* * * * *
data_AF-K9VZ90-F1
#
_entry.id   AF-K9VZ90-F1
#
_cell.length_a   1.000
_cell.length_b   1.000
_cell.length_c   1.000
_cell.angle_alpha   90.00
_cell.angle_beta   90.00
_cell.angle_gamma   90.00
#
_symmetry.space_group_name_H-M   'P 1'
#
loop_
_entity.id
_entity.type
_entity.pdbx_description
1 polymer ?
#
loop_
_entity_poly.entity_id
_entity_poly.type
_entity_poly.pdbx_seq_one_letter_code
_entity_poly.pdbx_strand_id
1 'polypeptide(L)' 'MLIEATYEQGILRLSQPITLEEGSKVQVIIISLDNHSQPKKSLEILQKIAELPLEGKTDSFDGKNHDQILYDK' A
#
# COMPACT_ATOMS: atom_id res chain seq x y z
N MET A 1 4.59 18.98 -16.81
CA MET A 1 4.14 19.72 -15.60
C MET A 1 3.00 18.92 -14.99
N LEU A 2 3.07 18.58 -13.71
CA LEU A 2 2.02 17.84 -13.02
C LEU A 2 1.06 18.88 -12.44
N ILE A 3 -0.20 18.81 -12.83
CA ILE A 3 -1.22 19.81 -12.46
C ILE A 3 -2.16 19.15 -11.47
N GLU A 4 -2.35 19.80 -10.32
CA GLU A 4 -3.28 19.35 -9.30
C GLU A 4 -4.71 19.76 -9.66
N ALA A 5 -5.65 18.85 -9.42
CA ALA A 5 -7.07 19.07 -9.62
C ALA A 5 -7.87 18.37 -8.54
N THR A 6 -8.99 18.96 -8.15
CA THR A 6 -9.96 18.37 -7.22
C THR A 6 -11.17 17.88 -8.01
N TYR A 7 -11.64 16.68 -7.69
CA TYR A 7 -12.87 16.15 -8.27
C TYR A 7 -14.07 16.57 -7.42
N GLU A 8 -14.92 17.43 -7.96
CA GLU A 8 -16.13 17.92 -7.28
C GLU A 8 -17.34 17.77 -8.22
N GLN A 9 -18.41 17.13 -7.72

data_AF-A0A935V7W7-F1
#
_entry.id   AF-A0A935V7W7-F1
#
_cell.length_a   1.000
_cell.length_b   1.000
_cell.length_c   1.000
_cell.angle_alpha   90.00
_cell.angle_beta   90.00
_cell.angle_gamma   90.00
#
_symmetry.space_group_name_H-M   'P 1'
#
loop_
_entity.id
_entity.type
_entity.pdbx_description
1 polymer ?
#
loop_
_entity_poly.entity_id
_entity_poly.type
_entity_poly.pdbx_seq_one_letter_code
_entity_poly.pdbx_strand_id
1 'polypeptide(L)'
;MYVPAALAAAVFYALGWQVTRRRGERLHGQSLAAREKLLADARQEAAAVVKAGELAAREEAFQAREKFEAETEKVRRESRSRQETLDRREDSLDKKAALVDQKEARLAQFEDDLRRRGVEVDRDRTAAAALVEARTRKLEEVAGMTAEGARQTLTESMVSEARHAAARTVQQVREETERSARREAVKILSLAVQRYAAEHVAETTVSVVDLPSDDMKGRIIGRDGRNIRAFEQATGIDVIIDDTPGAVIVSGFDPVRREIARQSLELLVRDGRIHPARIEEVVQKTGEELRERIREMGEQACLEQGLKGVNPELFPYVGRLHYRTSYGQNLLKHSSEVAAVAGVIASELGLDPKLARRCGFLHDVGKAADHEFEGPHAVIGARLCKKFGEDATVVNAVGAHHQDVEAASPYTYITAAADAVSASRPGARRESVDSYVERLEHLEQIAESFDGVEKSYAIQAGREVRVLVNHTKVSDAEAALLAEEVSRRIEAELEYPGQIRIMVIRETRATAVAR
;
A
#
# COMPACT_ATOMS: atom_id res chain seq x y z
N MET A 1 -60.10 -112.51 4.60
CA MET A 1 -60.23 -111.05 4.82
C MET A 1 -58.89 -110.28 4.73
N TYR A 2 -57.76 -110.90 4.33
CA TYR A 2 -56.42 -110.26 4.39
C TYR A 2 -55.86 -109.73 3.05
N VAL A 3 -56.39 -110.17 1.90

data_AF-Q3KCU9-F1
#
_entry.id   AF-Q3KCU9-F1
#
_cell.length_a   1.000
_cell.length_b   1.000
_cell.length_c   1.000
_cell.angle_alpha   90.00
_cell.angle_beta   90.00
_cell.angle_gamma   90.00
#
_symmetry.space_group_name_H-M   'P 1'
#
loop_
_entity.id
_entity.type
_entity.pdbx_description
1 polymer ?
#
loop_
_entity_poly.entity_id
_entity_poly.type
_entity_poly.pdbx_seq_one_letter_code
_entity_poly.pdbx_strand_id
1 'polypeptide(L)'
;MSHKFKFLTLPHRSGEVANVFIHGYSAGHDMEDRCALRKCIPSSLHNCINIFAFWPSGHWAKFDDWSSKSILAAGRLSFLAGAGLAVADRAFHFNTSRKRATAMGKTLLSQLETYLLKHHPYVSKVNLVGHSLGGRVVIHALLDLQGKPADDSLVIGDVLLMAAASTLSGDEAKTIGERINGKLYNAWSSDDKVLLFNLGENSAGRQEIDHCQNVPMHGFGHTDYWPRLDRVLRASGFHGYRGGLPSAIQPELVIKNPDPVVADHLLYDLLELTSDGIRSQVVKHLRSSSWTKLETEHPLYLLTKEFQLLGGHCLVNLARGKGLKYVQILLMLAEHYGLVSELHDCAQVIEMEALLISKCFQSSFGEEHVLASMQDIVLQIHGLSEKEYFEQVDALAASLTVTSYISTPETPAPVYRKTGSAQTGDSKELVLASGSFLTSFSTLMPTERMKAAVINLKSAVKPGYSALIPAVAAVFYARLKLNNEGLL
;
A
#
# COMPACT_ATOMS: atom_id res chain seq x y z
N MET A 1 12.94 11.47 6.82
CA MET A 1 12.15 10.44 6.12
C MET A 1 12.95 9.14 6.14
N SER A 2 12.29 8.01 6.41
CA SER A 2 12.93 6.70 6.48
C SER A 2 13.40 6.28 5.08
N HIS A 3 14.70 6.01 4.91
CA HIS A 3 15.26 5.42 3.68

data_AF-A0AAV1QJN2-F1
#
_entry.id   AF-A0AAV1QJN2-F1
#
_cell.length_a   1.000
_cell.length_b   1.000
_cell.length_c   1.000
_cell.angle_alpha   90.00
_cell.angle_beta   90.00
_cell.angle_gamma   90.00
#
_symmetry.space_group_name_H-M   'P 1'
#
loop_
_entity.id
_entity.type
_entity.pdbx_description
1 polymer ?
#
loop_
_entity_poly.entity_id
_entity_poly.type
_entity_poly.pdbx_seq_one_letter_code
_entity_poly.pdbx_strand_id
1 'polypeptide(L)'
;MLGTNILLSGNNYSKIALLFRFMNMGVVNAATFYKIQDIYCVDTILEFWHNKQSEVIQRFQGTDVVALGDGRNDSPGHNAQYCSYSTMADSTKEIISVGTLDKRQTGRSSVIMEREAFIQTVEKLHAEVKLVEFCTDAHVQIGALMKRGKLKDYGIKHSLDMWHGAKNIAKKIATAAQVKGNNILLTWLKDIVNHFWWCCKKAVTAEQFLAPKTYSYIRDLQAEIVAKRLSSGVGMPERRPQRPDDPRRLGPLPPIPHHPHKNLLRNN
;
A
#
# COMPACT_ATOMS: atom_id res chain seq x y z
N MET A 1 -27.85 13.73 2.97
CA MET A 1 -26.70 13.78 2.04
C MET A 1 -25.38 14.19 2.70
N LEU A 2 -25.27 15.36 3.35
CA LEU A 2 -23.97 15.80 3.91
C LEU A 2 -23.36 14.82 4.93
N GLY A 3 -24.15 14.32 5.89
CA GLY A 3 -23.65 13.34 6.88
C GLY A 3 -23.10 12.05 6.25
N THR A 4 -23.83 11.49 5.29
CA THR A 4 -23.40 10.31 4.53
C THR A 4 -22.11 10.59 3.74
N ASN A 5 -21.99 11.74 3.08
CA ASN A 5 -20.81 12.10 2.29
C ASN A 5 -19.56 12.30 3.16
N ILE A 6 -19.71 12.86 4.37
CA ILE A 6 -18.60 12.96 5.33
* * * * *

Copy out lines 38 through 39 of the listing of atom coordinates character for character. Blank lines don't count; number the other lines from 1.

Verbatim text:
CA GLU A 4 -3.28 19.35 -9.30
C GLU A 4 -4.71 19.76 -9.66